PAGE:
Batman Forever (1995)
|Category||Action||Biographies-Cast & Crew|
|Year Of Production||1995|
|Running Time||116:39 (Case: 122)|
|RSDL / Flipper||No/No||Cast & Crew|
|Region Coding||2,4||Directed By||Joel Schumacher|
Warner Home Video
Tommy Lee Jones
|Pan & Scan/Full Frame||None||
English Dolby Digital 5.1 (384Kb/s)
French Dolby Digital 5.1 (384Kb/s)
Italian Dolby Digital 5.1 (384Kb/s)
|Widescreen Aspect Ratio||1.78:1|
|Video Format||576i (PAL)|
|Original Aspect Ratio||1.85:1||Miscellaneous|
English for the Hearing Impaired
Italian for the Hearing Impaired
|Annoying Product Placement||No|
|Action In or After Credits||No|
In the green corner, representing the bad guys we have: The Riddler/Edward Nygma (Jim Carrey), and Harvey Two Face/Harvey Dent (Tommy Lee Jones).
Aaaannnnd in the black corner, representing the good guys we have: Batman/Bruce Wayne (Val Kilmer) and Robin/Dick Grayson (Chris O'Donnell).
Also featuring: Nicole Kidman as the seriously hot Chase Meridian, who definitely catches the eye of Batman and Drew Barrymore, as the beautiful Sugar.
Let the battle begin.
Overall the picture is a little soft, but it is clear and sharp for foreground objects. The picture usually lacks background detail, which makes it appear blurry on many occasions. Surprisingly, this does not overly detract from the movie. No low-level noise was noted, and the shadow detail was very good. Only one scene seemed to be just a bit on the dark side, which is probably a director's choice and not a transfer problem.
There is some trivial edge enhancement at 30:37 and 57:51, which I doubt that you will notice if you are actually watching the movie.
The colours are well saturated and natural looking, with perfect skin tones. There are many scenes that contain vibrant colours that stand out amongst the dark scenery - the back-street alley night fight is a perfect example of this. However, colour is still not as lush or vibrant as some of the more recent films that I have seen, such as Bicentennial Man.
The background suffers from an almost constant grain, which is not overly distracting, but there are a couple of occasions where it spills over into the foreground, such as at 87:16 and 110:33. For TV owners, this grain should hardly be noticeable.
Film artefacts are very rare and are always small and unobtrusive. This transfer is alias-free except for one trivial occurrence at 47:34. Moiré effects are limited to two deliberate cinematic occurrences at 35:44 and 78:23 - 78:27, but there really is nothing to complain about here.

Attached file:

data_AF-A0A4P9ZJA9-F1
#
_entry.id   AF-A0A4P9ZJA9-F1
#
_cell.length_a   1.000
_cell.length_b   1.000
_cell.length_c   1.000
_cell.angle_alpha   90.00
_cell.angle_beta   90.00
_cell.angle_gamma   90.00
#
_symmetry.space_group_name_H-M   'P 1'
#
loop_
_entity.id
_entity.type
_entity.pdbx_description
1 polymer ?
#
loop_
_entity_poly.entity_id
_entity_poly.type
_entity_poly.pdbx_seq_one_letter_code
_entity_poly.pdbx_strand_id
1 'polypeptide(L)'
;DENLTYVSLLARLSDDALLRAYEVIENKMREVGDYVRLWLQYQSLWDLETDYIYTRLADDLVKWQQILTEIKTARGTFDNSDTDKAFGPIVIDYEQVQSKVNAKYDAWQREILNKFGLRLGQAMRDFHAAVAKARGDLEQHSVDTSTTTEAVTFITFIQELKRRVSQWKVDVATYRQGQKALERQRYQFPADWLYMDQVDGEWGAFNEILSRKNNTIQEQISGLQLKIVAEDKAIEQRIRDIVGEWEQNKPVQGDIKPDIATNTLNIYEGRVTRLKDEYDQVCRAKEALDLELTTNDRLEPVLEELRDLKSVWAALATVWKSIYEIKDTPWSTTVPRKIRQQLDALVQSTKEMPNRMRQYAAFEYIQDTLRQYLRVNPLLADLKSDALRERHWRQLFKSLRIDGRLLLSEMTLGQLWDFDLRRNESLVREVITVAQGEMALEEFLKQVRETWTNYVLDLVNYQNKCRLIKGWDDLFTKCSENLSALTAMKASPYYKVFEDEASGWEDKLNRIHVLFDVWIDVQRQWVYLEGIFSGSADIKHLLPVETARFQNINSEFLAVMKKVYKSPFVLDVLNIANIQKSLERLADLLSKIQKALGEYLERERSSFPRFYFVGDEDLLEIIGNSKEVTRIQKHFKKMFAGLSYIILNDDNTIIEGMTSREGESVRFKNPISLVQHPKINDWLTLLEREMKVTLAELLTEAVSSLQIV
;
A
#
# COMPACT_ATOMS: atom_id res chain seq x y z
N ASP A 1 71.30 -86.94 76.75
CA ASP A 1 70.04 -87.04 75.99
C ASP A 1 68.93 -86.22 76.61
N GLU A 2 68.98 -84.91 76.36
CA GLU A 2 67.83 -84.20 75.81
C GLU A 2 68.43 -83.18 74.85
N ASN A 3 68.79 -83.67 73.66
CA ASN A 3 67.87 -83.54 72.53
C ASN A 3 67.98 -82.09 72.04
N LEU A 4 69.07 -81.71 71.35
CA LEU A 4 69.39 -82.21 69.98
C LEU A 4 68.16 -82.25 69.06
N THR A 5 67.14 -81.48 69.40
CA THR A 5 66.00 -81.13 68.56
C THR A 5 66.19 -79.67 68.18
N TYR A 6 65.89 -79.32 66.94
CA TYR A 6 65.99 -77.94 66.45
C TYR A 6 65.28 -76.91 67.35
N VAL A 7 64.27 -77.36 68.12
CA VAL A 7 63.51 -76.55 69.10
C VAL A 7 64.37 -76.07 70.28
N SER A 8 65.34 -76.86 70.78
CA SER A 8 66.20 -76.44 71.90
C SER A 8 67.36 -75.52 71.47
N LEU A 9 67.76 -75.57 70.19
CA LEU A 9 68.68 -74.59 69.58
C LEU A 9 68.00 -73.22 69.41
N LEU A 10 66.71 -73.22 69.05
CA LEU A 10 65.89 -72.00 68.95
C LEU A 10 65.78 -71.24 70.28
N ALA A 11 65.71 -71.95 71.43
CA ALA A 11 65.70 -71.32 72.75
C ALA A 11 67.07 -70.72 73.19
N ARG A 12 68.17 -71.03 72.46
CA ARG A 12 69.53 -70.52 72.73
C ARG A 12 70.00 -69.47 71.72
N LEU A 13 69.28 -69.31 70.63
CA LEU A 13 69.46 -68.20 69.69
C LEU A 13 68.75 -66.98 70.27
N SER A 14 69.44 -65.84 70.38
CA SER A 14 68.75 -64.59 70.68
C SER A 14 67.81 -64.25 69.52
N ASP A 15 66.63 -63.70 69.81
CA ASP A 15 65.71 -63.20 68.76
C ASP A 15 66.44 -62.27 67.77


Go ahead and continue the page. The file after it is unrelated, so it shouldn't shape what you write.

This movie is on a single layer disc, which is surprising considering the movies’ running time.
The dialogue was extremely clear and easy to understand throughout the entire movie.
Audio sync was not a problem at all with this transfer, and was completely spot on. There are a couple of occurrences of looping or dialogue replacement. These are noticeable, but inconsequential.
Elliot Goldenthal's musical score suits the movie well.
The surround channels are very aggressively used for ambience, music and lots of special effects. Directional effects and sound placement within the sound field are very good, which puts you in amongst the action.
The subwoofer is continually being used to add bass to most scenes and is highly active during the dramatic sequences, which there are plenty of.
|Surround Channel Use|
NOTE: To view non-R4 releases, your equipment needs to be multi-zone compatible and usually also NTSC compatible.
The picture quality is very good, with only some grain and softness slightly spoiling the image.
This is an excellent audio transfer, and is of reference quality (just).
The extras are limited.
|DVD||Sony DVP-725, using Component output|
|Display||Sony Projector VPH-G70 (No Line Doubler), Technics Da-Lite matt screen with gain of 1.0 (229cm). This display device is 16x9 capable.|
|Audio Decoder||Built in to DVD player. Calibrated with Video Essentials.|
|Speakers||Fronts: Energy RVS-1 (3), Rears: Energy RVSS-1 (2), Subwoofer: Energy EPS-150 (1)|